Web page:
Revenue is up, earnings are up, and net profit is a third better than last time, but the tale of the tape for Vodafone Australia is that it is still left with a net loss at the bottom of its financial reports.
In what CEO Iñaki Berroeta labelled as a good year for the company, Vodafone Australia saw its revenue increase 5.5 percent year-on-year to AU$3.65 billion for the year to December 31, and its earnings before interest, tax, depreciation, and amortisation (EBITDA) jump by 13.4 percent to AU$1.1 billion.
For its bottom line, net loss was reduced by 30 percent to AU$124.4 million compared to last year’s AU$177 million.
Across the year, Vodafone saw its total customer base surpass six million thanks to the addition of 211,000 customers. Broken down, the telco increased its postpaid customers by 2 percent to record 3.45 million, prepaid customers grew six percent to 2.2 million, and the customers on Kogan Mobile and Lebara resellers jumped 5.3 percent to 356,000.
During the year, the company launched its entry into fixed-line broadband that would see Vodafone release retail NBN plans. On Wednesday, Berroeta said the company was adding around 6,000 customers each month, as the company reported having 33,000 NBN customers.
Monthly average revenue per user (ARPU) was down 2 percent to AU$37.45 for customers restricted to Vodafone’s own offerings, while adding in customers on Kogan and Lebara saw ARPU fall by 4.4 percent to AU$35.52.
Commenting on the results, Berroeta pointed to mobile market competition and increasing data inclusions across the industry.
“The price of data per GB has been on a steep decline for several years, decreasing around 85 percent over the past two and a half years,” he said.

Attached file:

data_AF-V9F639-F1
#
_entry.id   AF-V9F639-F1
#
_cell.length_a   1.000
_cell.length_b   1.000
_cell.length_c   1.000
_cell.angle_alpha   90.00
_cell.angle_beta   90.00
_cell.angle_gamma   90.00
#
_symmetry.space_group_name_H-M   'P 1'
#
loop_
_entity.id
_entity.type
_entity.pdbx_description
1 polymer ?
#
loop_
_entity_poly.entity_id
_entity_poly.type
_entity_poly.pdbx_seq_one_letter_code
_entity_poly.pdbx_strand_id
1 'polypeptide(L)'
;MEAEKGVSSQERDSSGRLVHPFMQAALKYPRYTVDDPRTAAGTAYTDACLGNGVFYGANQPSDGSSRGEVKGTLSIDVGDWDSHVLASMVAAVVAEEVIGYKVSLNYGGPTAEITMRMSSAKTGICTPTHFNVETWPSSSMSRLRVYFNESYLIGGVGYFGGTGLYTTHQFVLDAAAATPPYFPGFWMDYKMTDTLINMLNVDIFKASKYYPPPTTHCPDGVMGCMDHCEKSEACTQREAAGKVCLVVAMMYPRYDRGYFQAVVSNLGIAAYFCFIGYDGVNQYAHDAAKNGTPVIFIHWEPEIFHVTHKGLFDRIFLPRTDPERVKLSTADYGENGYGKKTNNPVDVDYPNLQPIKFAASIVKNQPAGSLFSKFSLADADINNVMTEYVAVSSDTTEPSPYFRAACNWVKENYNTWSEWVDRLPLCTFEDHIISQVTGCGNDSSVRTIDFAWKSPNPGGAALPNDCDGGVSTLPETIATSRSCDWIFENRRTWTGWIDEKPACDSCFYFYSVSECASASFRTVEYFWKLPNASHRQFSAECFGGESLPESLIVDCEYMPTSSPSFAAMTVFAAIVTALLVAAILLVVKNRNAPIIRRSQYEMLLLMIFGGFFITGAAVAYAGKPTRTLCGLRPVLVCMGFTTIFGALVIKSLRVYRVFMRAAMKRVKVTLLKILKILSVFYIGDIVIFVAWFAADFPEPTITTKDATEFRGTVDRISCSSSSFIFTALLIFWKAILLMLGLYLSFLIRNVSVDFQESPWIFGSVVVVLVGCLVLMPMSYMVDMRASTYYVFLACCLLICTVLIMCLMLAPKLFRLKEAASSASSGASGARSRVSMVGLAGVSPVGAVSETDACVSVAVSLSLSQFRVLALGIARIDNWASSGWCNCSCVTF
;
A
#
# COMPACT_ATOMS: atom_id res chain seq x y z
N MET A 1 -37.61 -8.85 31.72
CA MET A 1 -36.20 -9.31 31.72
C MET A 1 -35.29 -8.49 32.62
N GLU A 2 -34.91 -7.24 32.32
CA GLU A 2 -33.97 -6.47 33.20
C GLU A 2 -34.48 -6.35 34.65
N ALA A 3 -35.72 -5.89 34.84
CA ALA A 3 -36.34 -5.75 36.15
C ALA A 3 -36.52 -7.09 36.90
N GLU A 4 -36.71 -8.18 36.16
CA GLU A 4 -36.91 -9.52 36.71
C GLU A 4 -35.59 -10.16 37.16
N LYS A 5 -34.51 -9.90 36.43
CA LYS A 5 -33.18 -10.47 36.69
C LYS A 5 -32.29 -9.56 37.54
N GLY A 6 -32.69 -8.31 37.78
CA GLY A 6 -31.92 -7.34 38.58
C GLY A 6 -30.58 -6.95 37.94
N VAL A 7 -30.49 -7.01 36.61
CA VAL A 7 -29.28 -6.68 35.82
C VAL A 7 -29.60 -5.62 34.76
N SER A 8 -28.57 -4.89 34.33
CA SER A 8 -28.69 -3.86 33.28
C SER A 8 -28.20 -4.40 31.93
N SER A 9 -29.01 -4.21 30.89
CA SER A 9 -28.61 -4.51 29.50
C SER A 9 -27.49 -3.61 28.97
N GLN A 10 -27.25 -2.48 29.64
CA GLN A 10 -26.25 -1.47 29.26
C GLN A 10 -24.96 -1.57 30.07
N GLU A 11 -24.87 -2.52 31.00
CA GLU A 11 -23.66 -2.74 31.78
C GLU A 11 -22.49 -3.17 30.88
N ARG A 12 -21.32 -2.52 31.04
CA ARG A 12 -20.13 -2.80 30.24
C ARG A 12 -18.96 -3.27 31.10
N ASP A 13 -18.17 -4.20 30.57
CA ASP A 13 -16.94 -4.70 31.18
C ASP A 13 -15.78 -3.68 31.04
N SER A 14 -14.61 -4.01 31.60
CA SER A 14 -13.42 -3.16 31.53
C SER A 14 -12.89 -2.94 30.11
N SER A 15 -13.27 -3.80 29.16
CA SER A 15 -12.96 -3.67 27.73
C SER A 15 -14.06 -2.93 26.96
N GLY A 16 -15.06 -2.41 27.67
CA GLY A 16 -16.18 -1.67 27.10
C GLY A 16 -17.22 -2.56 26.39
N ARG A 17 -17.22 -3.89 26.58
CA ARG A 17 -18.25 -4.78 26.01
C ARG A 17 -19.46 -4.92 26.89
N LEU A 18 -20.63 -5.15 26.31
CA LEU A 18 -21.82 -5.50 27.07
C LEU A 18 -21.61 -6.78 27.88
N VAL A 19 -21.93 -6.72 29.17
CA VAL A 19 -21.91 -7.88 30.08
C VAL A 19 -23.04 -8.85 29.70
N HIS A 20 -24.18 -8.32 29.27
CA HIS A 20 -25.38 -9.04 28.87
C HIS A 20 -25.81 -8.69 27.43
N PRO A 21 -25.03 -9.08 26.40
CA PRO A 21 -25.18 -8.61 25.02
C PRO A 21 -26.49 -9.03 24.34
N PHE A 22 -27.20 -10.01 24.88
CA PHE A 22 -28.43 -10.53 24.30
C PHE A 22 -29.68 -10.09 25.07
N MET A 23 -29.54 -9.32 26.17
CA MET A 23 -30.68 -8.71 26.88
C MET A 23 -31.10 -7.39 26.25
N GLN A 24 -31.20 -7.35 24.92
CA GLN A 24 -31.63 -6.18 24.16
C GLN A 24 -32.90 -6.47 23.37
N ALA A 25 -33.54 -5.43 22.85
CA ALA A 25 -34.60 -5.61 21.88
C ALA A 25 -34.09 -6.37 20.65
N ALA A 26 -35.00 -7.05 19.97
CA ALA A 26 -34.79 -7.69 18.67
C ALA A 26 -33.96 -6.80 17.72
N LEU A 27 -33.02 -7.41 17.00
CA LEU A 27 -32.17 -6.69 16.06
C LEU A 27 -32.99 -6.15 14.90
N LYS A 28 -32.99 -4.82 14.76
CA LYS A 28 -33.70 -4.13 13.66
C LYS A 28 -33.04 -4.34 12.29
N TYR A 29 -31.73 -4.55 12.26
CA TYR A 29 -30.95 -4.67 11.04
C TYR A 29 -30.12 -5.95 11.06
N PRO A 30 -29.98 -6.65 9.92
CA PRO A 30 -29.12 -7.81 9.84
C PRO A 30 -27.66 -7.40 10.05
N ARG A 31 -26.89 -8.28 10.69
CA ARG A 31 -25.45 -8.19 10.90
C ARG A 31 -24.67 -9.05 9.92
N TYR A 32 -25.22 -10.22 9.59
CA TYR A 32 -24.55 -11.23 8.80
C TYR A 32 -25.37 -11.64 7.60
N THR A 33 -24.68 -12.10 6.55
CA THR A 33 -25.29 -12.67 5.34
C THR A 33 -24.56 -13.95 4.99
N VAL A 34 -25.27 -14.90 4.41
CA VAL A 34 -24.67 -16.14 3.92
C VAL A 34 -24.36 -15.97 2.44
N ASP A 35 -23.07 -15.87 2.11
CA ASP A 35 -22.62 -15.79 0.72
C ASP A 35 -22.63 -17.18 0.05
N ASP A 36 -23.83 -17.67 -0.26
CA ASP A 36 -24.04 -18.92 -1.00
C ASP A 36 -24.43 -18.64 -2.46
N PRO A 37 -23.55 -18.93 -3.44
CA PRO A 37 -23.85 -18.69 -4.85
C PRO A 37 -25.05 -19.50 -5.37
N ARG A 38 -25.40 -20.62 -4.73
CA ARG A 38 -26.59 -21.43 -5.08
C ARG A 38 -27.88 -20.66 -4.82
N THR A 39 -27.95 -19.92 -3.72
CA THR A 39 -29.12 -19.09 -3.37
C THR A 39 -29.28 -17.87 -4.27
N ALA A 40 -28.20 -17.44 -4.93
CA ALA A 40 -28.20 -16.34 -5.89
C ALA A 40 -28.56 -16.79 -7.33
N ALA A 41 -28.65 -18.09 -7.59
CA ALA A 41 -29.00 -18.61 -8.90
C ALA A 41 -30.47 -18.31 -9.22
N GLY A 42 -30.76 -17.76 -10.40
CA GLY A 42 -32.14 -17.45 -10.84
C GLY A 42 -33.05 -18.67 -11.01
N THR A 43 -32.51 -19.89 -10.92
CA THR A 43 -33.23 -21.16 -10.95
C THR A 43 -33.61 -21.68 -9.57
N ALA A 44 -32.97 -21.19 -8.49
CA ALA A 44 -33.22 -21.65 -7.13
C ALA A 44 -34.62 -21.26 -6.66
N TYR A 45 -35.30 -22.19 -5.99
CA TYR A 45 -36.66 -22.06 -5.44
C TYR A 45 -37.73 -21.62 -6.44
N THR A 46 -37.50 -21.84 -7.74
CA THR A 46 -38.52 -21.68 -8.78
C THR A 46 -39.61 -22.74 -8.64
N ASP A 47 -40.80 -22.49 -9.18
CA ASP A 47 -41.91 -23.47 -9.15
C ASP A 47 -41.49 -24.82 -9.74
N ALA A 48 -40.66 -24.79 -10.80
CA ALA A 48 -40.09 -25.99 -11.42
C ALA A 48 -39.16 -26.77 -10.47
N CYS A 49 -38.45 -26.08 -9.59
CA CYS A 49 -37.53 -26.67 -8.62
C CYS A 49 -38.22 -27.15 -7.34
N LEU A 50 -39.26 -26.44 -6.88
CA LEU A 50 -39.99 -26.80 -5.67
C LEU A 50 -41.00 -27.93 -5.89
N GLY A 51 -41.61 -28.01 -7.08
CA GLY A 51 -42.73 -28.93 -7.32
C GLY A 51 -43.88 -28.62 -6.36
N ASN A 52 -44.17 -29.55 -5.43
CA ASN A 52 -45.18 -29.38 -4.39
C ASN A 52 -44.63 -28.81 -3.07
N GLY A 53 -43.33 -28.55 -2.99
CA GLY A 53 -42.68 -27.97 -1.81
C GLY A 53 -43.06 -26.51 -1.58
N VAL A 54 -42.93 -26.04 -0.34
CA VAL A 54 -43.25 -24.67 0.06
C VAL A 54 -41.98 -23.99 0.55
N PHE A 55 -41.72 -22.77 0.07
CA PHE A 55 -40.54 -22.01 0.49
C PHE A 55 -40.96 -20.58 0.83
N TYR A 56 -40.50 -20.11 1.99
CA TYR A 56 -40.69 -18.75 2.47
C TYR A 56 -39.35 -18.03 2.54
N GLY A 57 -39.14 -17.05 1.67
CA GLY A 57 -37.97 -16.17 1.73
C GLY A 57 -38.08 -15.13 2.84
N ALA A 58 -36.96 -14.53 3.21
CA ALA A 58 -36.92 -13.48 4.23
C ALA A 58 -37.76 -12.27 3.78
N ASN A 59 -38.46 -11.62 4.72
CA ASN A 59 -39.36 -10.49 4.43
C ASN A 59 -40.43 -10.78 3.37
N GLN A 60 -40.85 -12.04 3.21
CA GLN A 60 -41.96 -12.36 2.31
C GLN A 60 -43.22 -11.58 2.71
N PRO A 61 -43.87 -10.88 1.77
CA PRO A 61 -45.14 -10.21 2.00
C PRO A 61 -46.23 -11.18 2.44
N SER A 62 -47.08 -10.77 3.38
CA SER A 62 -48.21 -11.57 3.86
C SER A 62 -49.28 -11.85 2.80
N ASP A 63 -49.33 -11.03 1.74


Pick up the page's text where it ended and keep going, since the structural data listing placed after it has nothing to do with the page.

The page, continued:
“For example, the price per GB on a competitive [mobile network operator] AU$40/AU$45 SIM Only plan was just under AU$7 in 2016, today it’s around AU$1.”
Berroeta also added the company had spent AU$1.3 billion during the year to handle the increases in data being used, and to get its network ready for 5G. The spend included constructing 180 new mobile sites and upgrading 850 existing sites.
“This included the construction of 22 new sites as part of the Australian government’s mobile blackspots program,” Vodafone half-owner Hutchison Telecoms said in its results.
“[Vodafone Australia’s] significant network investment in metropolitan and regional areas helped support growing customer data usage, which increased 45 percent from 2017 to more than 360 million gigabytes in 2018. ”
Following the decision by the Australian government to lock Huawei and ZTE out of any 5G network build in the country, Vodafone will need to find a replacement for the Huawei kit it uses.
“We are currently evaluating the different options around the 5G roadmap,” Berroeta said. “It is not a secret that we were basically an Ericsson core with a Huawei radio access network.”
“It is still a long time to be using 4G, but eventually, every … service that we provide on 5G will be on different equipment than Huawei.”
The first casualty of the Huawei ban has been TPG, who disclosed earlier this week that it would abandon its mobile network build in Australia, incurring an accounting hit of almost AU$230 million.
However, should the proposed merger between TPG and Vodafone go ahead, the new and bigger TPG would have Vodafone’s current network coupled with TPG’s existing spectrum holdings, and the AU$263 million of 5G spectrum purchased in December.
Berroeta said the merger now makes more sense than before, and the combined assets would make a very strong third player in the market.
“With the next generation of mobile network just around the corner, there’s never been a more important time to ensure Australia has effective 5G mobile competition,” he said.